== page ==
“nous serons” <<we will be>>
 
“vous serez” <<you will be>>
 
“ils/elles seront” <<they will be>>

“Avoir” <<to have>>

“j'aurai” <<I will have>>
 
“tu auras” <<you will have>>
 
“il/elle/on aura” <<he/she/one will have>>
 
“nous aurons” <<we will have>>
 
“vous aurez” <<you will have>>
 
“ils/elles auront” <<they will have>>

Now that we understand the basics of the simple future verb tense, let us listen to a short dialogue. In this dialogue, Brigitte is telling André that the car won't start.
 
*****
 
Brigitte : La voiture ne démarre pas.<<The car will not start.>>
 
André : J'aurai besoin de la voiture pour le travail.<<I will need the car for work.>>
 
Brigitte : Mais la voiture ne démarre pas. <<But the car will not start.>>
 
André : Je courrai jusqu’au travail. <<I will run to work.>>
 
Brigitte : Tu seras en retard. <<You will be late.>>
 
André : Monsieur Lapointe sera fâché. <<Mr. Lapointe will be mad.>>
 
Brigitte : Oui, Monsieur Lapointe sera fâché et tu seras fatigué. <<Yes, Mr. Lapointe will be mad and you will be tired.>>
*****
Now that we understand the simple future tense, let us look more closely at the dialogue.

Brigitte begins by saying " La voiture ne démarre pas " <<The car will not start>>. André responds "J'aurai besoin de la voiture pour le travail " <<I will need the car for work>>. We use the simple future verb tense to indicate that André will want to use the car in the future.
 
After Brigitte repeats that the car won't start, André says " Je courrai jusqu’au travail " <<I will run to work>>. Notice that verbs ending in -rir remove the ending -ir and double the -r before adding the appropriate ending. Then Brigitte says "  Tu seras en retard " <<You will be late>>. We use the simple future tense to indicate that Brigitte thinks André will be late to work in the future if he runs.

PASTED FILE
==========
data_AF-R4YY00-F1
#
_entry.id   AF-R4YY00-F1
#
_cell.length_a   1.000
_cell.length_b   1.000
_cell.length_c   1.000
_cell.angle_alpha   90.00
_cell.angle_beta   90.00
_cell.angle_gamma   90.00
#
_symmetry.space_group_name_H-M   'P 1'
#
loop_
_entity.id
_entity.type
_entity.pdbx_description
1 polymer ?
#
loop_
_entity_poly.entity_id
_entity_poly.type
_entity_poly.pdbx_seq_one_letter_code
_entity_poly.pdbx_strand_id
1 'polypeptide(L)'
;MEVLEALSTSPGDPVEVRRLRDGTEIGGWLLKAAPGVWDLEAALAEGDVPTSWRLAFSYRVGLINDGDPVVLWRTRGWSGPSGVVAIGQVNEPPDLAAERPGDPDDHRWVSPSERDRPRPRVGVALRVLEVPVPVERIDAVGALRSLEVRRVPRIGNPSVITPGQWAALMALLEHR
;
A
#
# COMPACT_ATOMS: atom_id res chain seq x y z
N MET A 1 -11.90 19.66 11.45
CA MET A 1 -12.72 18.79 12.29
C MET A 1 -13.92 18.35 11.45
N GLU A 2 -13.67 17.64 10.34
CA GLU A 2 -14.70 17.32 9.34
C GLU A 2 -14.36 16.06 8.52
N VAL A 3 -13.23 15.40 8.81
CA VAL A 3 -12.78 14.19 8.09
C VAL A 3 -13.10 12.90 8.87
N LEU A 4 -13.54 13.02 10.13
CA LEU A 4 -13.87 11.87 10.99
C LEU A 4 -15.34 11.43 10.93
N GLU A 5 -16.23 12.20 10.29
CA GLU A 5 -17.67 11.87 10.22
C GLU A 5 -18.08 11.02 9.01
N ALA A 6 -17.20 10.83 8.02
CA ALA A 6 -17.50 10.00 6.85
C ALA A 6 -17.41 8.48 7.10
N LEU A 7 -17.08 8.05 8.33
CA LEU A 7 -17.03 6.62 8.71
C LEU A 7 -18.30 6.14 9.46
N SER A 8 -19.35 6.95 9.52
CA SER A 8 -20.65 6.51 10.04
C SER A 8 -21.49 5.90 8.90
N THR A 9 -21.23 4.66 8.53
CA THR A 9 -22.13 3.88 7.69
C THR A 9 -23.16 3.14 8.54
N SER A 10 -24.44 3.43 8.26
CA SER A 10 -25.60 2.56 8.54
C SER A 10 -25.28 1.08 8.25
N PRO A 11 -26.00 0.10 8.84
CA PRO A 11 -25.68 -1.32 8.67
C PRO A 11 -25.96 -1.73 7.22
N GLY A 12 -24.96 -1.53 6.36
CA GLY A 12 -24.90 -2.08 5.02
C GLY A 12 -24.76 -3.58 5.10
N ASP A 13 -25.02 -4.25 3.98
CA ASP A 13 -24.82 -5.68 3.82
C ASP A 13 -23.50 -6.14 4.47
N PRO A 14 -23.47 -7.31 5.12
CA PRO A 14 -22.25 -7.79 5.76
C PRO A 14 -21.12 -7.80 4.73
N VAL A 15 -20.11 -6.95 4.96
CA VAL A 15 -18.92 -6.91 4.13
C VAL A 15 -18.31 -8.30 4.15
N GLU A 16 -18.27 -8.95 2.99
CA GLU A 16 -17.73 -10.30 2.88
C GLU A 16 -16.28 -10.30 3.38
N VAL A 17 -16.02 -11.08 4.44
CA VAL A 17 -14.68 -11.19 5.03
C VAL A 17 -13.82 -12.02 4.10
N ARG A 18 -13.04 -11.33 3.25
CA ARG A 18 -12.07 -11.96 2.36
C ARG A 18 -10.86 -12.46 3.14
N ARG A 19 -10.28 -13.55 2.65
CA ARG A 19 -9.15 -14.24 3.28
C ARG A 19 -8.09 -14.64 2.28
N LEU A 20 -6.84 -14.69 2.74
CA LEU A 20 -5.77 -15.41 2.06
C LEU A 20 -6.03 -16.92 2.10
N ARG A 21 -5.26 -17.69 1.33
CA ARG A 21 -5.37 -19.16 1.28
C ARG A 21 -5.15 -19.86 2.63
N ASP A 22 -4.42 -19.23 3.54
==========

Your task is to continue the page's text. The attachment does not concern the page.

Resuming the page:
Then André says " Monsieur Lapointe sera fâché " <<Mr. Lapointe will be mad>>. We use the simple future tense to indicate that Mr. Lapointe will be mad in the future when André is late for work.
 
Brigitte says " Oui, Monsieur Lapointe sera fâché et tu seras fatigué " <<Yes, Mr. Lapointe will be mad and you will be tired>>. Again, we use the simple future to indicate two emotions, " fâché " <<mad>> and " fatigué " <<tired>>, that will occur in the future.

Let us listen to the dialogue again. Notice the uses of the simple future verb tense to indicate an event which has not occurred yet, but will occur in the future.
 
*****
 
Brigitte : La voiture ne démarre pas.<<The car will not start.>>
 
André : J'aurai besoin de la voiture pour le travail.<<I will need the car for work.>>
 
Brigitte : Mais la voiture ne démarre pas. <<But the car will not start.>>
 
André : Je courrai jusqu’au travail. <<I will run to work.>>
 
Brigitte : Tu seras en retard. <<You will be late.>>
 
André : Monsieur Lapointe sera fâché. <<Mr. Lapointe will be mad.>>
 
Brigitte : Oui, Monsieur Lapointe sera fâché et tu seras fatigué. <<Yes, Mr. Lapointe will be mad and you will
be tired.>>
 
*****
Parfait ! Now you are able to discuss the future in your French conversations. Practice will help you incorporate this very useful verb tense into your French speech. <<Nous apprendons le français!>>